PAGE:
The council also approved on a 4-1 vote an amendment to the town's Oracle Road Scenic Corridor Overlay District to include three properties totaling about 22 acres on the south side Rams Field Pass, east of Oracle Road and north of the Honeywell site that the town expects to annex within the next year.
The change would allow for residential development of properties currently zoned in the county as Campus Park Industrial, which allows office, manufacturing and warehousing uses. The revision was a key point in land owners agreeing to any annexation proposal.
The change also would give Oro Valley greater control over building heights in the three separate parcels and control over setbacks and landscape buffers in two of the three parcels.
Mayor Paul Loomis cast the lone vote against the amendment after raising concerns of the town's continued loss of valuable industrial space and its need to bring more jobs into the community.
In terms of economic impact, town planners estimated annexation of the 15-acre parcel and construction of 75 homes would produce $180,000 in one-time sales tax revenues, $150,000 in water connection fees and $60,000 in annual state-shared revenues.
Without the residential conversion, the only revenues the town would receive would be about $200,000 in water connection fees, according to town estimates.
The council had also hoped to make some progress on the controversy over retaining Oro Valley's limitation of one horse per 30,000 square feet on residential property or increasing the number to one horse per 10,000 square feet to eliminate existing inequities.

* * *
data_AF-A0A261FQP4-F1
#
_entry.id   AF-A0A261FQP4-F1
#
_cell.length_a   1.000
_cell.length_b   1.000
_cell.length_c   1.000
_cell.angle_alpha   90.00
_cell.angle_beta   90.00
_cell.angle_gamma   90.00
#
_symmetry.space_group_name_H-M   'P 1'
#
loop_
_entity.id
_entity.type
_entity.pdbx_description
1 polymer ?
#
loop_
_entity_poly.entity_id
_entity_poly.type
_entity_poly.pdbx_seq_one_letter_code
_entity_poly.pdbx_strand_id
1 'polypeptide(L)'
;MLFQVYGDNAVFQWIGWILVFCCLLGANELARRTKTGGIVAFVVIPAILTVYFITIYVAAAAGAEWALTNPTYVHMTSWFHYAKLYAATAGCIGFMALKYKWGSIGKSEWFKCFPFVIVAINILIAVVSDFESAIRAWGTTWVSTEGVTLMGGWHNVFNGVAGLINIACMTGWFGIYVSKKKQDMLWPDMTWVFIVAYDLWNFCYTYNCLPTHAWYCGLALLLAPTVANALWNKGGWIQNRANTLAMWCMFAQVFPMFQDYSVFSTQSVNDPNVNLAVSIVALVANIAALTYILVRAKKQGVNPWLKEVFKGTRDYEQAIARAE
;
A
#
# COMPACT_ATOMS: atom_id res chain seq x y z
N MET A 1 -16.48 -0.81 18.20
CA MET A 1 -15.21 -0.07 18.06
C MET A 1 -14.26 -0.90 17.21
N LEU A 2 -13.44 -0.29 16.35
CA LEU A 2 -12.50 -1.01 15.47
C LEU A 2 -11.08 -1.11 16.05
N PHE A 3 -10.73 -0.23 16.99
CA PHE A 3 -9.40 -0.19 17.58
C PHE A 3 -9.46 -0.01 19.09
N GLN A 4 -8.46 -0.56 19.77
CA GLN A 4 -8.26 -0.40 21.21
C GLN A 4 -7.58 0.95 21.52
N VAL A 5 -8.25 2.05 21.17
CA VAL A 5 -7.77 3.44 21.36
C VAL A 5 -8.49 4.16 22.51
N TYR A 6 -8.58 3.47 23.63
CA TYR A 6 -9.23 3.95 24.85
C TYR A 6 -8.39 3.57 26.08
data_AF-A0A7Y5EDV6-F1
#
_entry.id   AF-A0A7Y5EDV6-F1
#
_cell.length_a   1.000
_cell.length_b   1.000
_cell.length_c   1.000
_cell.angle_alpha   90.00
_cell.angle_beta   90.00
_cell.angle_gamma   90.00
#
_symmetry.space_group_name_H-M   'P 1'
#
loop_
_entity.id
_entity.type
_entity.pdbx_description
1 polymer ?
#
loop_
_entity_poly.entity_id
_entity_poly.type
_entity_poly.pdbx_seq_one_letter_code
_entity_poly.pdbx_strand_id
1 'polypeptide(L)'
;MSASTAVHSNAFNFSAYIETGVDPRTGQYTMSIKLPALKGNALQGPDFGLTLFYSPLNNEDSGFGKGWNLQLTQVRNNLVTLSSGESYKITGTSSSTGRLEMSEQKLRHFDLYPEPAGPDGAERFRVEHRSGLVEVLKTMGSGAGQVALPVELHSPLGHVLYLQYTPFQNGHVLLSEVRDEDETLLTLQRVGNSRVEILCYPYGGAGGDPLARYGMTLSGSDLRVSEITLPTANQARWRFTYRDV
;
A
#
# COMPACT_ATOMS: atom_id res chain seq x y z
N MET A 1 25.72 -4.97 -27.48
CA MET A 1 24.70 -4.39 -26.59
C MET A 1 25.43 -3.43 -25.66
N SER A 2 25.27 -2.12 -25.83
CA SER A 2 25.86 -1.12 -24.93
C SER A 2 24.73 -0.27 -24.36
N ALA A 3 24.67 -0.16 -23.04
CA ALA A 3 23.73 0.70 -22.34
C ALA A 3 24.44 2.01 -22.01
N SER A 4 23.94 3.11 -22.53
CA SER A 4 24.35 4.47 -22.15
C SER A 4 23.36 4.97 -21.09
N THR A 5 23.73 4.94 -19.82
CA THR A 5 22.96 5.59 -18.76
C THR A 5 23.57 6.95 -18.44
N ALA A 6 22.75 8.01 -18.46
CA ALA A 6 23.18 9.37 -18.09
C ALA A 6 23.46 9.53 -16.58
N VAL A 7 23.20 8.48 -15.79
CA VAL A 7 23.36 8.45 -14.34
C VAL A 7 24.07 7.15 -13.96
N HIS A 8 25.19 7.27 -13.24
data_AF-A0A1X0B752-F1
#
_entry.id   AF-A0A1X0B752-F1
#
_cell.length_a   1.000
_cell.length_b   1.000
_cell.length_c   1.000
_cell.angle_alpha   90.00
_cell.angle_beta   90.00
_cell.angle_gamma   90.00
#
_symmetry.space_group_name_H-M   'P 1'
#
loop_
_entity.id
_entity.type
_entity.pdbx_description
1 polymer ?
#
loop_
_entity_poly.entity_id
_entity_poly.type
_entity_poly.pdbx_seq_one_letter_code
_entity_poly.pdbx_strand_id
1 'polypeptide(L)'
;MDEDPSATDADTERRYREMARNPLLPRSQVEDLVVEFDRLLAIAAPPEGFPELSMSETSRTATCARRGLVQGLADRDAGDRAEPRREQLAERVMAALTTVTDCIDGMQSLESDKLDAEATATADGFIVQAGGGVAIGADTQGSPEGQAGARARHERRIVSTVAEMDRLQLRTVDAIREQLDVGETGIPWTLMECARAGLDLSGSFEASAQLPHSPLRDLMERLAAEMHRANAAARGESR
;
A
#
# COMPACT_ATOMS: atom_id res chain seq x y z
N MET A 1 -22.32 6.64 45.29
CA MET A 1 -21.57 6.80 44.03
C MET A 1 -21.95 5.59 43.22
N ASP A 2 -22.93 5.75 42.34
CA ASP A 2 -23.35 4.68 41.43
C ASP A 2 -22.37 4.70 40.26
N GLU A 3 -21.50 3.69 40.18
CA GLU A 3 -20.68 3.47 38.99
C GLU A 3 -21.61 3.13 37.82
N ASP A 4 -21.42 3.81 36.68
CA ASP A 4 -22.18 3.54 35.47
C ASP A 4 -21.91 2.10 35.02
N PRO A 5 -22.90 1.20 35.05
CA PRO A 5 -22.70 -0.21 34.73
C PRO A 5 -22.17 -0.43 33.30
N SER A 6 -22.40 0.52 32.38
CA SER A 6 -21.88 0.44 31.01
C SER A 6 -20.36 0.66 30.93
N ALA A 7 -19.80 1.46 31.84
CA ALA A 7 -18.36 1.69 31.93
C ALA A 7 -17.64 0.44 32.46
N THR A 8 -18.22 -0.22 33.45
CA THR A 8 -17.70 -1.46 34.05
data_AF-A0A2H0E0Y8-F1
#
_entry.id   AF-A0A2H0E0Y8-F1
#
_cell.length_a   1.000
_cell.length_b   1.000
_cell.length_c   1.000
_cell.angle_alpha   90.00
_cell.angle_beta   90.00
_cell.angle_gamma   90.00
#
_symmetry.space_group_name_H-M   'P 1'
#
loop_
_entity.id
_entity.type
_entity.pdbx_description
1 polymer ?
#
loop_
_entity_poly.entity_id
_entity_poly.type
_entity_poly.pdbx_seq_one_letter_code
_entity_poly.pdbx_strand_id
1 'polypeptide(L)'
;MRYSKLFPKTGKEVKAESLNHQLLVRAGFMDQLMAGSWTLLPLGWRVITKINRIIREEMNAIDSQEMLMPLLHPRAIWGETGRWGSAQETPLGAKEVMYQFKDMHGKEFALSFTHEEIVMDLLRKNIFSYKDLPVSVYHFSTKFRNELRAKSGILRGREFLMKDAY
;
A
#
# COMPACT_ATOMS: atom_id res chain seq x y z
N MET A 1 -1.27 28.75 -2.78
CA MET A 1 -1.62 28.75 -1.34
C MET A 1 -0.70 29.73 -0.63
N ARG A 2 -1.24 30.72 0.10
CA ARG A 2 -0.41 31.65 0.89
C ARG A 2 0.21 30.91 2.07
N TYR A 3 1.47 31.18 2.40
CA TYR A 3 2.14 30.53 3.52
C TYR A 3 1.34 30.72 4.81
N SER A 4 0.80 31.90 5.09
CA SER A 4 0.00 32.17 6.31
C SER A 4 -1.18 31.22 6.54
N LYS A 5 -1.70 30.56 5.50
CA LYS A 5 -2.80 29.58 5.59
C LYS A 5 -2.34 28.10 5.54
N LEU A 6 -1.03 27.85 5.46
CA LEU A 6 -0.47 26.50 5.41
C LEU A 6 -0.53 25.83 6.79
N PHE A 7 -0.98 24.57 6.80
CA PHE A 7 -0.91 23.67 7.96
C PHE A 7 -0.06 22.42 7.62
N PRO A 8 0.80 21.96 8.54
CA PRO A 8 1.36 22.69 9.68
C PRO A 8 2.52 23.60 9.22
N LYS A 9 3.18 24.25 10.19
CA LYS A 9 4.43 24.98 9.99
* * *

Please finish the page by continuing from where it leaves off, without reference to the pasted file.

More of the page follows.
The controversy arose after Sheryl Gonnsen, owner of the Head to Tail Riding School, had sought a variance from the Board of Adjustment that would have allowed her to keep as many as 15 horses on 3.5 acres at a property she subsequently purchased at the southeast corner of Loma Linda and Calle Concordia. The board denied the request twice and in May the Planning and Zoning Commission voted 4-2 to uphold the higher standard.
The inequities problem dates back to the period between 1974 and 1981 when Oro Valley annexed property into the town and allowed owners of horse property the higher number of horses as "legal, nonconforming uses." About 15 percent of the town's horse property owners still retain that right.
In 1981, however, the livestock standard was changed to one horse per 30,000 square feet, even though properties continued to be annexed by the town with the promise of the nonconforming use and more of such uses are likely to be allowed in future annexations.
Gonnsen argued that her right to keep one horse per 10,000 square feet was taken away.
Mediators of the conflict were scheduled to offer a compromise to the council at its Sept. 18 meeting, but were unable to meet in time beforehand to do so. The council will address the issue again at its Oct. 16 meeting.